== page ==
- the quality of the recyclable material (eg, sorted and cleaned)
- transport availability and costs.
Some recyclable materials, such as paper, plastic and metal are internationally traded goods and subject to international market forces. Given the relatively small size of our domestic market, a high proportion of these materials are exported (Gibson, 2009). This means recycling schemes in New Zealand are highly exposed to the prices of international markets on which recycled materials are bought and sold.
While New Zealand prices are not exactly the same because of differences between local and international drivers, the UK prices shown in figure 8 provide an indication of prices, and demand, in the international market over the past nine years. The figure illustrates that prices for recyclable materials have shown large fluctuations since late 2007. Strong demand for recycled material for building in China and southeast Asia during late 2007 and early 2008 has contributed to the sharp price rises for these materials observed in the United Kingdom and other large markets. However, prices decreased sharply in late 2008, largely because of reduced demand in China and southeast Asia following the global economic recession (Gibson, 2009; Vickers, 2009). These prices recovered, however, in early 2009 and are now similar to prices before the late 2007 peaks.
Figure 8: UK prices for recyclable materials, 2001–2009
Source: Letsrecycle.com, 2009.
Because waste is a core by-product of economic activity, the future composition of the waste stream in New Zealand can be expected to closely reflect future patterns of production and consumption. Household consumption of goods and services is predicted to fall in the year ended March 2009 and grow modestly in the year ending March 2010 (NZIER, 2009). As a result, the present trend of growth in some waste materials associated with consumption (eg, plastic, glass and organic waste) may slow or even reverse.
Construction activity has continued to drop since the survey period (2007–2008), with fewer new buildings being consented (Statistics New Zealand, 2009). If this trend continues, the proportions of rubble and timber waste in the waste stream are also expected to drop. However, in the medium term, New Zealand’s population and the number of households are predicted to increase between 2008 and 2021 (Statistics New Zealand, 2005; Statistics New Zealand, 2007). This may place increasing pressure on housing in future and drive additional construction activity. This, and increased investment in major infrastructure (New Zealand Government, 2008), may result in increased disposal of associated waste types.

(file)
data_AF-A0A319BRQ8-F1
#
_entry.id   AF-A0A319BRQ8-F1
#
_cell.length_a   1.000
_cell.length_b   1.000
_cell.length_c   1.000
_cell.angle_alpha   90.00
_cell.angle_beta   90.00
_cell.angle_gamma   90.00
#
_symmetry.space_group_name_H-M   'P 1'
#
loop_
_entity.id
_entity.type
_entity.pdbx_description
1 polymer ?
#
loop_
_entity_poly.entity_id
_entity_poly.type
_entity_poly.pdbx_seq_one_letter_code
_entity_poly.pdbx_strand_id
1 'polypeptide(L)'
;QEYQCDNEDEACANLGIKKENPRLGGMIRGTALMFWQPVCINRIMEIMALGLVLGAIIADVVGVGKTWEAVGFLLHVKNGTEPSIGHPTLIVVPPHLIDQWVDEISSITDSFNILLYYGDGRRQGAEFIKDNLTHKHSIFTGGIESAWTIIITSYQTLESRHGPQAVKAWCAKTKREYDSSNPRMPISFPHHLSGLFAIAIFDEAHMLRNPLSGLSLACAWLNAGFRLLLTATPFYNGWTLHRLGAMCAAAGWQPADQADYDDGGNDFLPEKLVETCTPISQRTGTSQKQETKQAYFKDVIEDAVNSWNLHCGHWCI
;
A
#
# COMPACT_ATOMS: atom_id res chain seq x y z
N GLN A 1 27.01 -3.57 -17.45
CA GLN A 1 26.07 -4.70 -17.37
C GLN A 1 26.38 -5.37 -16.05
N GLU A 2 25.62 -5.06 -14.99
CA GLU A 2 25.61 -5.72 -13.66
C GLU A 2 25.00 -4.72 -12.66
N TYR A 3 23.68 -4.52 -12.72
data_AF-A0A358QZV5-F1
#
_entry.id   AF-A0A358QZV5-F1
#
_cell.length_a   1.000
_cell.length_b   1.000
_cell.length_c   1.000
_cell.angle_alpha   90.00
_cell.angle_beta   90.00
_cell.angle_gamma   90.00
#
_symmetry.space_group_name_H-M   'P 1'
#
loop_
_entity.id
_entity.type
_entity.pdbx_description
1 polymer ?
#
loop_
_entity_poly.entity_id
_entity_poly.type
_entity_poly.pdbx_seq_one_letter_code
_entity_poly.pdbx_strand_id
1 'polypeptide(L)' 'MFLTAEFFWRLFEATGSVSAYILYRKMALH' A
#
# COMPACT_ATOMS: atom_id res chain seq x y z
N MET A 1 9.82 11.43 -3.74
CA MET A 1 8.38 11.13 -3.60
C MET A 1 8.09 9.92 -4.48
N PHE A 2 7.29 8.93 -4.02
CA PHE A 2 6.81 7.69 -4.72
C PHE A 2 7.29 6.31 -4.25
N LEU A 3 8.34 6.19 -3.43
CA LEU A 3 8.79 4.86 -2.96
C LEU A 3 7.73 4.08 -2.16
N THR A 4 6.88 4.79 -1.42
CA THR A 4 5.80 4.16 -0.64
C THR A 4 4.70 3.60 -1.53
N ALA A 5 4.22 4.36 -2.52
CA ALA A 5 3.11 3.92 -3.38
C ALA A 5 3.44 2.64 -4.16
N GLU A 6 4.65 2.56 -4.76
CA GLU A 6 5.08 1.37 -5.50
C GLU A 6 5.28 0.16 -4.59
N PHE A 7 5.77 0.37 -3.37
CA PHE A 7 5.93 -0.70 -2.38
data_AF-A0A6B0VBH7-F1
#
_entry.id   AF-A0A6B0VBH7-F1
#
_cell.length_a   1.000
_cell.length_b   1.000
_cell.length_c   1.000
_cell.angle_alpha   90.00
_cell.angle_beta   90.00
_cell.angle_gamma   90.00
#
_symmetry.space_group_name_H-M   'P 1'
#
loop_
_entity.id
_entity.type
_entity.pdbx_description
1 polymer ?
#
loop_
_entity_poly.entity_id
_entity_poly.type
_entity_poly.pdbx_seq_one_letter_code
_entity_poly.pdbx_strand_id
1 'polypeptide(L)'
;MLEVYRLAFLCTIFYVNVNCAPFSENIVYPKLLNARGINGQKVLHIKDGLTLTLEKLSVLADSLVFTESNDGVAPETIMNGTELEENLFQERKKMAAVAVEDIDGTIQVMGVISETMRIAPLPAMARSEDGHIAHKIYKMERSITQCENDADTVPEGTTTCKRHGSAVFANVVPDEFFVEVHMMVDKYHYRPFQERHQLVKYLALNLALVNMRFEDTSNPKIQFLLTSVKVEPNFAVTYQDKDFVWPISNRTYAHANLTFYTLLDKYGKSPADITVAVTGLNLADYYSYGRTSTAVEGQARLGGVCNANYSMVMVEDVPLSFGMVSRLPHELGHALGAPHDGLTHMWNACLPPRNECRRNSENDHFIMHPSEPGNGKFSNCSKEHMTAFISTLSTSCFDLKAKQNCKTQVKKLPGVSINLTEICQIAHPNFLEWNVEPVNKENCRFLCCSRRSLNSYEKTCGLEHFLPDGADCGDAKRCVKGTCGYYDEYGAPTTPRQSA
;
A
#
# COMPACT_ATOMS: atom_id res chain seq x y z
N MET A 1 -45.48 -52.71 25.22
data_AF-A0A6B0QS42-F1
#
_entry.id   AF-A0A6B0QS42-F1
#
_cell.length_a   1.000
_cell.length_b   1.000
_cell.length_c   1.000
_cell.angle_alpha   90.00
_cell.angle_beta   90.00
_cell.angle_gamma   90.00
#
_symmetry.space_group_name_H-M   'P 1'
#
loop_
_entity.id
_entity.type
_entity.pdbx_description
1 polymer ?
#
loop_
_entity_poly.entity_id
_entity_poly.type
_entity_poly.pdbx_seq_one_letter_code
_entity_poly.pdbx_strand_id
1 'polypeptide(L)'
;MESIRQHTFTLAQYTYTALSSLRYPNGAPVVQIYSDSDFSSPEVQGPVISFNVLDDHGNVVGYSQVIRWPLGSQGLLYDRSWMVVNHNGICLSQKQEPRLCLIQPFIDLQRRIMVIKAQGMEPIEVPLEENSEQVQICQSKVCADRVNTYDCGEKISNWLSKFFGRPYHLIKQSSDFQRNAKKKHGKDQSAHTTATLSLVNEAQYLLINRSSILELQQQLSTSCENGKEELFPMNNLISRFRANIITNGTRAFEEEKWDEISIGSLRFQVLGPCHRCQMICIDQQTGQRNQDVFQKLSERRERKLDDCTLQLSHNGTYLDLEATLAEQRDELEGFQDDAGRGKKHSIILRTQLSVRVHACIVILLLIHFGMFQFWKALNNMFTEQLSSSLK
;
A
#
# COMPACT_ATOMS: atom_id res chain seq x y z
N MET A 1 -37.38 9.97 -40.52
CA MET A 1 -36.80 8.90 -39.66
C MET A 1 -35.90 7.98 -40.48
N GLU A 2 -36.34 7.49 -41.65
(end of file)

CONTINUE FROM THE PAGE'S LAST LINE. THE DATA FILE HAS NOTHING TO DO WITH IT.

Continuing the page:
Anecdotal evidence suggests some recycling operators in New Zealand are stockpiling materials where possible because of the current reduced global demand and prices for recyclable goods (Gibson, 2009; Neems, 2009; Vickers, 2009). If low global prices continue, there is a risk that some recyclable materials may no longer be collected, or some collections may stop. This would reduce recovery rates and increase disposal rates of recyclable materials to landfills. However, new recycling sorting and processing capacity currently under development within New Zealand will create opportunities for commercial and domestic recycling schemes (Field, 2009). This may help maintain or further improve recovery rates, and therefore decrease the proportion of recyclable materials being disposed of to landfills.
New waste policy may also affect the future composition of waste in New Zealand. The Waste Minimisation Act 2008 introduced a levy on landfill waste disposal and a fund for waste minimisation activity. The Act also encourages product stewardship schemes (where responsibility for managing and minimising waste begins when a product is produced, and lasts through to its ultimate end (Ministry for the Environment, 2009b)) and provides for improved reporting on waste disposal. In addition, a review of the New Zealand Waste Strategy is also underway, which is likely to set new national waste targets. Both initiatives could reduce the proportions of some waste types in landfills, particular those waste types that are priorities for waste minimisation or product stewardship schemes.
Limitations of the indicator
The indicator includes only solid waste disposed of to landfills. It does not include waste disposed of to cleanfills or landfills that accept only industrial and/or hazardous waste, incinerated waste or legacy waste (eg, stockpiled tyres or agrichemicals). Liquid, gaseous and hazardous wastes are not specifically measured by the indicator (although potentially hazardous waste is included in estimates of solid waste disposed of to landfills).
Waste composition data is based on physically sorting or visually estimating the various components of the waste stream in each vehicle sampled. Because of the high degree of variation in the proportions of waste types in each vehicle sampled, the measurements have a precision of ±20 per cent for major components. The precision is likely to be lower for smaller components of the waste stream (Ministry for the Environment, 2007b). It should be remembered that all results presented in this report card are, therefore, indicative estimates rather than statistically significant measurements.
The indicator does not measure any activities aimed at minimising waste and increasing resource efficiency, such as improvements to production methods. Nor does it measure the decoupling of waste generation from influencing factors, such as population and economic growth.